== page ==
But we are all as an unclean thing, and all our righteousnesses are as filthy rags; and we all do fade as a leaf; and our iniquities, like the wind, have taken us away.
Key Verse Thought: Read the key verse. From this verse, understand that we are a sinful people who could never stand before a Holy God. Because of that, there is no hope from within to become a righteous people who could stand before God. In this lesson, we will see what becomes of people, and even nations, who because of sin cannot live. All who rejected God “fade as a leaf” because mankind’s sin “like the wind, have taken us away.”
Emphasis: God gave the Law to reveal sin. Without that Law, no one would know right from wrong. However, the Law cannot save anyone, for it only brings judgment. Nevertheless, God promised the hope of salvation.
Lesson Summary: In our last lesson, we remembered the call of Isaiah. We then looked at the book as a whole, trying to understand some of the interesting things about the book.
In this lesson and the next one, we will look at something very interesting about the book of Isaiah. In the Bible, there are 66 books. Isaiah has 66 chapters. The 66 books of the Bible are divided into two main parts; the Old Testament and the New Testament. The Old Testament has 39 books. The New Testament has 27 books. The book of Isaiah can also be divided into two main parts. The first 39 chapters deal mainly with the judgments of God and the history of His people (think of the theme of the Old Testament). The last 27 chapters deal with the grace God will extend through His Messiah and the promise of restoration (think of the theme of the New Testament).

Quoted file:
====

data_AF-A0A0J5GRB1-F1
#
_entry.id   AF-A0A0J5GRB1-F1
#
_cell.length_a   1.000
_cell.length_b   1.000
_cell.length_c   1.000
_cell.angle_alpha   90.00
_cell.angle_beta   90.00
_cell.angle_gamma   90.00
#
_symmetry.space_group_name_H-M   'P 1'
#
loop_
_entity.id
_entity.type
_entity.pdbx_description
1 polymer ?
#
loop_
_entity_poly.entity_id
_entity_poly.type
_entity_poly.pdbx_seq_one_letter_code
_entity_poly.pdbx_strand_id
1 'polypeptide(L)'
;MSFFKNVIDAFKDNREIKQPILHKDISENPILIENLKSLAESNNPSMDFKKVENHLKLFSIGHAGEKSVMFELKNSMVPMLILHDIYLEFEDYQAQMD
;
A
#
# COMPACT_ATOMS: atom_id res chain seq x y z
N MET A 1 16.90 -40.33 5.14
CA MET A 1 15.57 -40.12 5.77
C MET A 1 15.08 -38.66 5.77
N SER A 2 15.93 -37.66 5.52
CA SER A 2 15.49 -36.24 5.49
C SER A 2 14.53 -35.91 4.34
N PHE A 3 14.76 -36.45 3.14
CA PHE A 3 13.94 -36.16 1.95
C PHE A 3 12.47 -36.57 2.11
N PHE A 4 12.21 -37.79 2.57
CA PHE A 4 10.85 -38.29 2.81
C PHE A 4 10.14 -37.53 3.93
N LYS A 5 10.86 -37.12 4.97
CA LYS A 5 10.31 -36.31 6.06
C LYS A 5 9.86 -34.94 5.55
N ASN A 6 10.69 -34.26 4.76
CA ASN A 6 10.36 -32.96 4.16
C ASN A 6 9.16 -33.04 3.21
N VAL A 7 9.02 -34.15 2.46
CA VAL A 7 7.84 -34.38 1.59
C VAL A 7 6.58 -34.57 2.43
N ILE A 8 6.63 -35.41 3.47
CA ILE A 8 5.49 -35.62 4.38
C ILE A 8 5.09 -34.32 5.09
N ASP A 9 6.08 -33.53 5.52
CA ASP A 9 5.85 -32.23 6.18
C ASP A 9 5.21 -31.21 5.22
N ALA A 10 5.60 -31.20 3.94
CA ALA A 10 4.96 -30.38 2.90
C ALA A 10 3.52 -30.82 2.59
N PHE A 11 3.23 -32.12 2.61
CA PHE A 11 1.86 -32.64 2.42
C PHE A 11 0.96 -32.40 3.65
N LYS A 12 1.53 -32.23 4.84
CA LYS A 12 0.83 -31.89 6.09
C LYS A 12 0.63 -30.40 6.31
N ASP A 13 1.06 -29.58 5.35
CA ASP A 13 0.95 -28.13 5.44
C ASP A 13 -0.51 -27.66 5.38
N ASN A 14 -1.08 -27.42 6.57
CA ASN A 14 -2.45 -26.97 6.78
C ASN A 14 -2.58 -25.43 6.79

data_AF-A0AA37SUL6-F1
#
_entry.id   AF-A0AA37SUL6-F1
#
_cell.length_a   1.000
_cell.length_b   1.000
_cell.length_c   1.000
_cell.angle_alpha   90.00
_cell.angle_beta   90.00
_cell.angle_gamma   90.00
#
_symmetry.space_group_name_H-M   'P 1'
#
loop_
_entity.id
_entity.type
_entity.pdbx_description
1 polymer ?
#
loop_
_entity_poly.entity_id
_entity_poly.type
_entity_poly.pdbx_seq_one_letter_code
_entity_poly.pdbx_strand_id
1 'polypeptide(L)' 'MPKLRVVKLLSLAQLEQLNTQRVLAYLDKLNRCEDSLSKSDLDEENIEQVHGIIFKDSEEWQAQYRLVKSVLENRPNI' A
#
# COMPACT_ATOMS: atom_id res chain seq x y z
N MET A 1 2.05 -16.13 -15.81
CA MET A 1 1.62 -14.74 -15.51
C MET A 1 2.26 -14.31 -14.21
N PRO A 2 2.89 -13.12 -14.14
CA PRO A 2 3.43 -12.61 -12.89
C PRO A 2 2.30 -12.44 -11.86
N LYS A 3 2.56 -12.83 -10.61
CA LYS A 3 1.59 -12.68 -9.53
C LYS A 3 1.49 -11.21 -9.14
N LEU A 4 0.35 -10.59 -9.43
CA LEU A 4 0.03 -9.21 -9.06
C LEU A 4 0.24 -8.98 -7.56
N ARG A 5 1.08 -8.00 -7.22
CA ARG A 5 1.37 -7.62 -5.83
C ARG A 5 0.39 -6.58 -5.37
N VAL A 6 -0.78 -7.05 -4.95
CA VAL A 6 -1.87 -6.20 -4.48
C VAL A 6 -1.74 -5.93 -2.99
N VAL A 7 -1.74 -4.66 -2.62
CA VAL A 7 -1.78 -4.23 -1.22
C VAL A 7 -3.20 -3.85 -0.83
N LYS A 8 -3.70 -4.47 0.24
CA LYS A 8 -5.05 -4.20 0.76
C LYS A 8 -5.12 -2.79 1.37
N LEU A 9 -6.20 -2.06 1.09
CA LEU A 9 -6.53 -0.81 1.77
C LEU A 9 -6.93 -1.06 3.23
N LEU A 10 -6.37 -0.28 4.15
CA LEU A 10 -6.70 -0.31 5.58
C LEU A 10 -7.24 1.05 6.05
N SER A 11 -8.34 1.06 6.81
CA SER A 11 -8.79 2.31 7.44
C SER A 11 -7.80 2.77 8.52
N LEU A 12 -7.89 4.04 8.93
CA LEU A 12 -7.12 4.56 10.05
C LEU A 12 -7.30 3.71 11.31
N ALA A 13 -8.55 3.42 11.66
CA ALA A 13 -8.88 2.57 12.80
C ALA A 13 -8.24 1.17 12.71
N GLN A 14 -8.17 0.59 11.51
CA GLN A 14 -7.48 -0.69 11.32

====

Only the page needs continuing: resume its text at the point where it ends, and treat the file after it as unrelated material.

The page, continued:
The Day of the Lord is dealt with many times in the book of Isaiah. We will learn how this day relates to God’s people. Isaiah saw ten burdens on the nations. He also wrote how the Day of the Lord would relate to the world. He then listed the six woes upon Jerusalem. But through all of this, we will learn that in spite of the rejection of God and His Law among His people, God continually delivered them and promised restoration one day. He also reminded them that he would send Jesus. We will once again remember the time God saved Hezekiah from the invasion of Sennacherib.
Isaiah examined the sins of Judah, speaking to the kings in their courts. He spoke during the days of Uzziah (Azariah, a good king), Jotham (a good king), King Ahaz (a very bad king), and King Hezekiah (a very good king).
This is our second of three lessons looking at the book of Isaiah.
If you are teaching this to younger children, here is a craft idea to help them remember the lesson: